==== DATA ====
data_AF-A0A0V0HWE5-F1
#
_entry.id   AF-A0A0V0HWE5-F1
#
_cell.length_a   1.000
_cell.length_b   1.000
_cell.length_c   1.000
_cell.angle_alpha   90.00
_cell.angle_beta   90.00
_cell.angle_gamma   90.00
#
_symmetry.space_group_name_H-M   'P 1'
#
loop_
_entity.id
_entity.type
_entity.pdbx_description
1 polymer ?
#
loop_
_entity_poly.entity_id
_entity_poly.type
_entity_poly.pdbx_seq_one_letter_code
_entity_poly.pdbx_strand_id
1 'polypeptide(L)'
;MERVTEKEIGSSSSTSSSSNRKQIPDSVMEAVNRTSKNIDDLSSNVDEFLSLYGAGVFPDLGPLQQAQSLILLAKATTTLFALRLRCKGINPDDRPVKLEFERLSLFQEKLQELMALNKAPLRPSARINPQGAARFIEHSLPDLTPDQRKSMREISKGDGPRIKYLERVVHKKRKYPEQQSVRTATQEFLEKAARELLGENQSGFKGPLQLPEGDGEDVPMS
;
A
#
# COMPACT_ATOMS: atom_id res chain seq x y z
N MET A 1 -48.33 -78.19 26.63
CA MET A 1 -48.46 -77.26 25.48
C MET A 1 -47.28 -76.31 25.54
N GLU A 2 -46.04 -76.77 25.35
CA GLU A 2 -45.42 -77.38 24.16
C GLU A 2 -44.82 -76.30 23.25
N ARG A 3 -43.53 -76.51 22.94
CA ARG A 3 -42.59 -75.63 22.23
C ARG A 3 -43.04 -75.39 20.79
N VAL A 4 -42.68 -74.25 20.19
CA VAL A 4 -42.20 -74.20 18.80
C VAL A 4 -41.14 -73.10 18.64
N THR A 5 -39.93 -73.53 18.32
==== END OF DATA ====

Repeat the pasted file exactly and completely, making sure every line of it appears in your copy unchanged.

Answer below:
data_AF-A0A0V0HWE5-F1
#
_entry.id   AF-A0A0V0HWE5-F1
#
_cell.length_a   1.000
_cell.length_b   1.000
_cell.length_c   1.000
_cell.angle_alpha   90.00
_cell.angle_beta   90.00
_cell.angle_gamma   90.00
#
_symmetry.space_group_name_H-M   'P 1'
#
loop_
_entity.id
_entity.type
_entity.pdbx_description
1 polymer ?
#
loop_
_entity_poly.entity_id
_entity_poly.type
_entity_poly.pdbx_seq_one_letter_code
_entity_poly.pdbx_strand_id
1 'polypeptide(L)'
;MERVTEKEIGSSSSTSSSSNRKQIPDSVMEAVNRTSKNIDDLSSNVDEFLSLYGAGVFPDLGPLQQAQSLILLAKATTTLFALRLRCKGINPDDRPVKLEFERLSLFQEKLQELMALNKAPLRPSARINPQGAARFIEHSLPDLTPDQRKSMREISKGDGPRIKYLERVVHKKRKYPEQQSVRTATQEFLEKAARELLGENQSGFKGPLQLPEGDGEDVPMS
;
A
#
# COMPACT_ATOMS: atom_id res chain seq x y z
N MET A 1 -48.33 -78.19 26.63
CA MET A 1 -48.46 -77.26 25.48
C MET A 1 -47.28 -76.31 25.54
N GLU A 2 -46.04 -76.77 25.35
CA GLU A 2 -45.42 -77.38 24.16
C GLU A 2 -44.82 -76.30 23.25
N ARG A 3 -43.53 -76.51 22.94
CA ARG A 3 -42.59 -75.63 22.23
C ARG A 3 -43.04 -75.39 20.79
N VAL A 4 -42.68 -74.25 20.19
CA VAL A 4 -42.20 -74.20 18.80
C VAL A 4 -41.14 -73.10 18.64
N THR A 5 -39.93 -73.53 18.32